Duplicate Tolkiens

Wednesday, March 27

I awoke rested and feeling good.


A good sleep and no pains or overt illness.

“Thank you.”

The cold in my lungs and sinuses may be leaving, reluctantly, after 10 days.

2024—The Year of Pernicious Infirmities.

The birds are so full of song that the closed windows cannot keep it out.

Misty, drippy morning. Dark gray fog. There will be no dawn or sunrise.

I love this time. The couple of hours before dawn. I often wish time could stop and I could drowse and daydream and not have to face the day until I could stand the peace and silence no more.

But it is in the mid 40s outside. 70… 70! inside. And I really didn’t work at the fire last night.


Not done yet. I toss the cloth handkerchief to the floor. It’s done. I’ve gone through a half dozen or more in the past 10 days. I will have a small load to wash and fold before this is done. Mom used to let me iron my father’s white handkerchiefs. Mine are mostly those western ones—bright colors with paisleys and other designs. Bikers sometimes wear them as dew-rags.

Spring. The songbirds are colorless shadows in the mist.

The house is in the best shape it’s been since… I don’t know.

The housekeeper came last week. The friend helping to organize and shelve my library was up on Friday.

“I found all these duplicate Tolkiens.”

“I shelved all your Tolkien here so you can double-check. But what I’ve set aside are lesser copies the same editions that are on the shelves.”

A lot of those go back to the days when it was very difficult to evaluate editions and estimate prices. So, to err on the side of caution, I would just put them aside. And they were Tolkien. One cannot have too much Tolkien. Long ago, I toyed with the idea of being a Tolkien “completist.” I would keep not only any edition I didn’t already have but also any printing!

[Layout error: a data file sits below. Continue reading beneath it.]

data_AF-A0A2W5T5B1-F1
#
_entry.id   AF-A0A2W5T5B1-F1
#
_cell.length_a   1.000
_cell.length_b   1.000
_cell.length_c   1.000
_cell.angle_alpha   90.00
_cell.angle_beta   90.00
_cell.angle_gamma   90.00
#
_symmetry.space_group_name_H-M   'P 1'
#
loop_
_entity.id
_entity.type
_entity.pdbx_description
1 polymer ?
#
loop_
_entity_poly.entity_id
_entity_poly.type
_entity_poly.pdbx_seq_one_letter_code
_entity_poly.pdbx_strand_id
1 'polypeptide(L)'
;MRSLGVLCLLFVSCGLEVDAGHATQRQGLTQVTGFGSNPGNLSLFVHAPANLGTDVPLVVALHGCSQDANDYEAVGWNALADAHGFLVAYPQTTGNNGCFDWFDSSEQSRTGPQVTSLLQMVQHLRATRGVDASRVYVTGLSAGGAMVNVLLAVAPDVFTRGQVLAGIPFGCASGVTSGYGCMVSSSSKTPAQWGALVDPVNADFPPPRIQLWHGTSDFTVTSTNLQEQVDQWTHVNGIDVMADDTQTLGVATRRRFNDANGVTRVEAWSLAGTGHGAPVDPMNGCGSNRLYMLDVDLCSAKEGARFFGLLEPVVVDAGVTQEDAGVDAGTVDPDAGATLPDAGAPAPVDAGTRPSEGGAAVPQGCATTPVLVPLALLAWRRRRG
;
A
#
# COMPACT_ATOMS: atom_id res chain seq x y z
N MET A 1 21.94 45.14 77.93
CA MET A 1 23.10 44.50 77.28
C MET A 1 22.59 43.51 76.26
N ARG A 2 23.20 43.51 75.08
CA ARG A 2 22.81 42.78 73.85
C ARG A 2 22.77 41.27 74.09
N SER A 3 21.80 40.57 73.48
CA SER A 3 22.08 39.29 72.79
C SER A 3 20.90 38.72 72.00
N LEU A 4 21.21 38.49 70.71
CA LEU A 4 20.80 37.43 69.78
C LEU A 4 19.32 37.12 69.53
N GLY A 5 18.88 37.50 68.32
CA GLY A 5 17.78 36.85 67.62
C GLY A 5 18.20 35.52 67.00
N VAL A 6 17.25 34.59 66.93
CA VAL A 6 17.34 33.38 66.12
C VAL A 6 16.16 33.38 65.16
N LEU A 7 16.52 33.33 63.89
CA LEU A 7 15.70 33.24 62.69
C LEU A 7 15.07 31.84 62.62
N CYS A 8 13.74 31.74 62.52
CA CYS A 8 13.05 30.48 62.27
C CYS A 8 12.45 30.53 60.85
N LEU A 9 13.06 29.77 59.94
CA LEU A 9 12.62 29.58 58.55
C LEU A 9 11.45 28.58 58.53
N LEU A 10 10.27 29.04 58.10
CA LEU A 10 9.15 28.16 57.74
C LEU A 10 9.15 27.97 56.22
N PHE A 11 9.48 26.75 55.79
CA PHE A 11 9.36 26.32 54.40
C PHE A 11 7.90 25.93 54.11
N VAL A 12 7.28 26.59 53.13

(I once had a customer who collected Gone With the Wind that way. Anything and everything—including 101st printing of the mass-market edition. And the 102nd…)

That phase didn’t last long for me.

So, these Tolkien books are likely, many of them, survivors from my old library in Pennsylvania that came down last year—or is it two years ago?

Those boxes have all been emptied and shelved or culled. The books I chose to part with are on offer here. They have my bookplate inside. These Tolkien dupes will end up there when they are evaluated.

My better Tolkien books are all locked up.

She finished the garret.

Panoramic Garret

It is perfect. There’s plenty of room for more books should I come across anything irresistible. But I won’t mess up her work. I dare not. She’s warned me. Any new acquisitions will await for her return.

The other two “libraries” in my home are works in progress still. A couple more visits, and she’ll be done.

Then what?

She agreed to stay for dinner, and I grilled some beef “flaps” and very thick pork loin.

It turned out great. We sat at the dining room table and chatted about times—old and new.

I’ve been pretty grumpy recently. The pernicious cold is part of that, but there have also been people problems and unnecessary paperwork issues I’ve been dragged into.

About a month ago, a rep from the power company appeared and threatened to disconnect the electricity at the new warehouses.


We’d never gotten a bill for them. They were assigned to the tenant.

We thought.

I rushed down to the warehouse and talked to the guy in the parking lot. We wrote a check. After some dialogue with Potomac Edison, we discovered several accounts had never been transferred from the electrical contractor’s name. The bills, we think, were addressed to him at the new warehouses and returned to sender, as there was no one there by that name.

We weren’t involved, as that process bypassed us completely. But of course “we” have to get it straightened out. A month on, and we think it is finally resolved. We will know for sure if the lights don’t go out.

Sunday, March 24

I slept long and hard. A rarity.

Another weekend of books, books, books.

I’ve run out of metaphors for books. Maybe I have just run out.

It is cold out. 28. The fire in the stove is dancing against the glass. Orange flames flicker against the sooty windows built into the iron doors.

My cold, just a week old, seems to be dissipating. The violence in my lungs and sinuses upon waking was much milder than the past seven days.

Nothing’s changed at work. I spent Saturday reviewing thousands of books staged on carts for me.